The use of genetic markers to reveal dynamic processes in a common toad (Bufo Bufo) population

Coles, RS 2013, The use of genetic markers to reveal dynamic processes in a common toad (Bufo Bufo) population , PhD thesis, University of Salford.

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In contrast to birds and mammals for example, amphibian population studies only rarely capture information based on genealogical relationships among individuals. As a consequence, we only have very limited knowledge about individual fitness measures such as lifetime reproductive success and the consequences of such variation on the linkage between generations of amphibians in the wild. The present thesis makes use of an existing long-term study on the common toad (Bufo bufo) in southern England (Dorset) to genetically identify parent-offspring relationships among approximately 850 individual toads, representing two successive generations (2004/2005/2006 and 2008/2009). The dataset enabled the comparison of measures of effective population size as well as effective breeding size, revealing ratios between 0.07 and 0.26. These data also showed an increasing trend with time and were (by some estimators) confirmed by the cross-generational parentage analysis which revealed a high reproductive skew among individuals. Forty-five percent of offspring could be assigned to a least one parent; in total, 6% of male parents and 30% of female parents were inferred. The pedigree information was also used to identify a possible hereditary basis for an observed decrease in female body condition and fecundity correlated to increased environmental temperatures. There was no indication for heritability of body size, body weight and body condition, suggesting that the documented decrease is based on phenotypic plasticity rather than evolutionary adaptation. However, kinship data that shows the population is less inbred with time coupled with the effective breeding number estimates showing an increasing trend with time suggest that despite the absence of evolutionary change, this population may still be able to circumvent the adverse effects associated with decreased body condition.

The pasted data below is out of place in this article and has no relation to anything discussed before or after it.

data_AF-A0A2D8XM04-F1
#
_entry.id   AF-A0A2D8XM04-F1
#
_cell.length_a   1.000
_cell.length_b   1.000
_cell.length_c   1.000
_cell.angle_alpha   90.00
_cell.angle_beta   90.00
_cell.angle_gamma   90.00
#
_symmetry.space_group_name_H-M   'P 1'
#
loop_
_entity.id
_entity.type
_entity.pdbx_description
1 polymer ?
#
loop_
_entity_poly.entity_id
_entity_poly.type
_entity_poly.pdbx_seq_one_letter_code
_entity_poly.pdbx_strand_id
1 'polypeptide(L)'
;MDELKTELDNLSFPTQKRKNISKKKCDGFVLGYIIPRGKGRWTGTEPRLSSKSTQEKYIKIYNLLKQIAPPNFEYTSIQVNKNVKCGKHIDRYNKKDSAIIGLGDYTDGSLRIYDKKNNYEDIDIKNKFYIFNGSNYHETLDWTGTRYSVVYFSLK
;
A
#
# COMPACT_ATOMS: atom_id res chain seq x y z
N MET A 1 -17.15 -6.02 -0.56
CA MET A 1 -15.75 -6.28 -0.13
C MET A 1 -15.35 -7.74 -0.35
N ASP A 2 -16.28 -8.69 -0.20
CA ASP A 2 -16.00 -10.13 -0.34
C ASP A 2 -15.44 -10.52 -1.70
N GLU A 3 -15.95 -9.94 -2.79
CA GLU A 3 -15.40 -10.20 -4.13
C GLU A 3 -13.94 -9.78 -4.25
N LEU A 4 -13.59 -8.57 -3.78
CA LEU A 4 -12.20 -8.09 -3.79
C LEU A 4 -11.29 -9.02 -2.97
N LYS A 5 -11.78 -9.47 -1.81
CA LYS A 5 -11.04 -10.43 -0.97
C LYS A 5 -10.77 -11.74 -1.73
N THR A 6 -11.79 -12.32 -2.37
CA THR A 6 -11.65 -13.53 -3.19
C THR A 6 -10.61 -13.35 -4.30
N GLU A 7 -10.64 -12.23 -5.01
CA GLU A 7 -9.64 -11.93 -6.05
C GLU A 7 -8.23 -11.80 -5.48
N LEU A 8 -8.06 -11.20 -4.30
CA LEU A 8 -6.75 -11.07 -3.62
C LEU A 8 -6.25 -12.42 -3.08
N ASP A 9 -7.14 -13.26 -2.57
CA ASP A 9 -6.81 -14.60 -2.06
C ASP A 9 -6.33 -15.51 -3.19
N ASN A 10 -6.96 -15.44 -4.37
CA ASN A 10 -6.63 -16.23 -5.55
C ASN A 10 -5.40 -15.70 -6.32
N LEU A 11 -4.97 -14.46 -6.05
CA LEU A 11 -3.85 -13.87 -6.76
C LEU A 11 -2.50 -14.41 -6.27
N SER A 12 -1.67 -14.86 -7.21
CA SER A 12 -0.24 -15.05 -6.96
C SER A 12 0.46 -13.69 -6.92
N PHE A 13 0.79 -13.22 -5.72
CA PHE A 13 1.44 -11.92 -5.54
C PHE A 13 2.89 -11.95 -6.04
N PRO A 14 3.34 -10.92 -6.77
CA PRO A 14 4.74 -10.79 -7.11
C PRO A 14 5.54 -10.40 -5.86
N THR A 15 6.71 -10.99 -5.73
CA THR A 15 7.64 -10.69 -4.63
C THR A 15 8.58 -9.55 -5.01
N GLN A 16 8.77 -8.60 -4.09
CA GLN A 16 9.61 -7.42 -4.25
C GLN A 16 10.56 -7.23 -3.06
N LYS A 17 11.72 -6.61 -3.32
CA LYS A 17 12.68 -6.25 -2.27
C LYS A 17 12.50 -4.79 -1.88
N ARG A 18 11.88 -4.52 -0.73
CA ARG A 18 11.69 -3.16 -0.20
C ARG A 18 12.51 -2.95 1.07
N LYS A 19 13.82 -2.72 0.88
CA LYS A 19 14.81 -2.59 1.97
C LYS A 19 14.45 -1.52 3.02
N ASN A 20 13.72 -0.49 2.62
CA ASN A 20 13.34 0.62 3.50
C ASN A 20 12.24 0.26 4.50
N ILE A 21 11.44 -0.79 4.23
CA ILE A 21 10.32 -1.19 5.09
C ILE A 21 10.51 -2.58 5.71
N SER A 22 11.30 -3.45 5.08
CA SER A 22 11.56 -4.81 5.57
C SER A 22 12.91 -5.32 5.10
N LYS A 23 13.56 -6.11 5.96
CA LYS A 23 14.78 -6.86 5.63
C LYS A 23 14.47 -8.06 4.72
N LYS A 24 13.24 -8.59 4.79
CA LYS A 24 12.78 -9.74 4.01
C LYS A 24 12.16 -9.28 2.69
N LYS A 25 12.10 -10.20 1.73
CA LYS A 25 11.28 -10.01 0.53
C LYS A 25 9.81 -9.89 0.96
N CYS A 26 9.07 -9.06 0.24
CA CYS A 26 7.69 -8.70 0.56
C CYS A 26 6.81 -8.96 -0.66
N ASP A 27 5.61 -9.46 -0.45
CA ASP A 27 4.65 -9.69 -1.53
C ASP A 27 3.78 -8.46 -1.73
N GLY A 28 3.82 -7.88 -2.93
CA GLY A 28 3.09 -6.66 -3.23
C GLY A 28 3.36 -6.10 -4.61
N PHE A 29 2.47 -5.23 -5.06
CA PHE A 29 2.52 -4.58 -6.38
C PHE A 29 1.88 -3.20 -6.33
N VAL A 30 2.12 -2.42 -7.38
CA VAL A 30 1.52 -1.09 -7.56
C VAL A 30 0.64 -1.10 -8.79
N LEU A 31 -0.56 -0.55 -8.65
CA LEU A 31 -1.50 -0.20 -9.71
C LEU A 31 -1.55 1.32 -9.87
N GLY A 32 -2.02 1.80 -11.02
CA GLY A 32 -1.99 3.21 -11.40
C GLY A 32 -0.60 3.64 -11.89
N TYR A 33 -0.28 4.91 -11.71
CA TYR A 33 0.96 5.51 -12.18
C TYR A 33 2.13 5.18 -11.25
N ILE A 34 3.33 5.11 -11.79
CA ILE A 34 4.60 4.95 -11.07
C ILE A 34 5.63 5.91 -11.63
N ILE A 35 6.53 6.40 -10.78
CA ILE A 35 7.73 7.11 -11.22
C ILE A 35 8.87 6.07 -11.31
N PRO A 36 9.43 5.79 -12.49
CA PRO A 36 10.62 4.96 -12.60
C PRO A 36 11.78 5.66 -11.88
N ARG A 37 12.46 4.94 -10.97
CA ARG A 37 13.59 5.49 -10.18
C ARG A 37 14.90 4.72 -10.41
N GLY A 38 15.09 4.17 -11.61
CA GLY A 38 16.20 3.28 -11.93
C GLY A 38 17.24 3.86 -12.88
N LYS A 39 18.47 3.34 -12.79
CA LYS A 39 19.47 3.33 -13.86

Item Type: Thesis (PhD)
Contributors: Jehle, R (Supervisor)
Themes: Built and Human Environment
Schools: Schools > School of Environment and Life Sciences
Funders: Non funded research
Depositing User: RS Coles
Date Deposited: 08 Nov 2013 09:31
Last Modified: 27 Oct 2021 09:55

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